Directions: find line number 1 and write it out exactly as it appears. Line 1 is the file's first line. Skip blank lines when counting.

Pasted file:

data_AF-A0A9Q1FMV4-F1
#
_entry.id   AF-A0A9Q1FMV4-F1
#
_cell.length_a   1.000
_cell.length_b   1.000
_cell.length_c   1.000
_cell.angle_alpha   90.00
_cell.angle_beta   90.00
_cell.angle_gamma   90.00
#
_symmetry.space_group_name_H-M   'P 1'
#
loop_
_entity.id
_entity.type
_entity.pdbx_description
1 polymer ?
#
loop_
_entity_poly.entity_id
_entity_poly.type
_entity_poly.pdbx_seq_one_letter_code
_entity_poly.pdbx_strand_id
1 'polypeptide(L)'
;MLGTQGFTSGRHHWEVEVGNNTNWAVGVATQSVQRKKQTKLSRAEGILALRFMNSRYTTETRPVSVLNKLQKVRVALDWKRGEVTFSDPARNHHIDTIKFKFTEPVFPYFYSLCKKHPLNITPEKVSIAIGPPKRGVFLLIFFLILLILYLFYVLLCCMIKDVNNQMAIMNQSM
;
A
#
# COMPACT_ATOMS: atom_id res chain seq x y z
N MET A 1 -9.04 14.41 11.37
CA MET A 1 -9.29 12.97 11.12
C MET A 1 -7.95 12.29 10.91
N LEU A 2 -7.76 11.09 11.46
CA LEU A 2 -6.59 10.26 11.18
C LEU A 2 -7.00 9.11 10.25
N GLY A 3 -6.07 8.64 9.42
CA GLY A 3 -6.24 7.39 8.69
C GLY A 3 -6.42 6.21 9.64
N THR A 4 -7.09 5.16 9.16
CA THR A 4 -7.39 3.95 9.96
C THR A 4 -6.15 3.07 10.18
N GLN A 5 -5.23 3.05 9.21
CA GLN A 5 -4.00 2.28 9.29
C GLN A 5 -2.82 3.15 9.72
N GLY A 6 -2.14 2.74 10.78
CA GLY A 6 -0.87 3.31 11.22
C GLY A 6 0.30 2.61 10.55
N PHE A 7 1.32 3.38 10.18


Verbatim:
data_AF-A0A9Q1FMV4-F1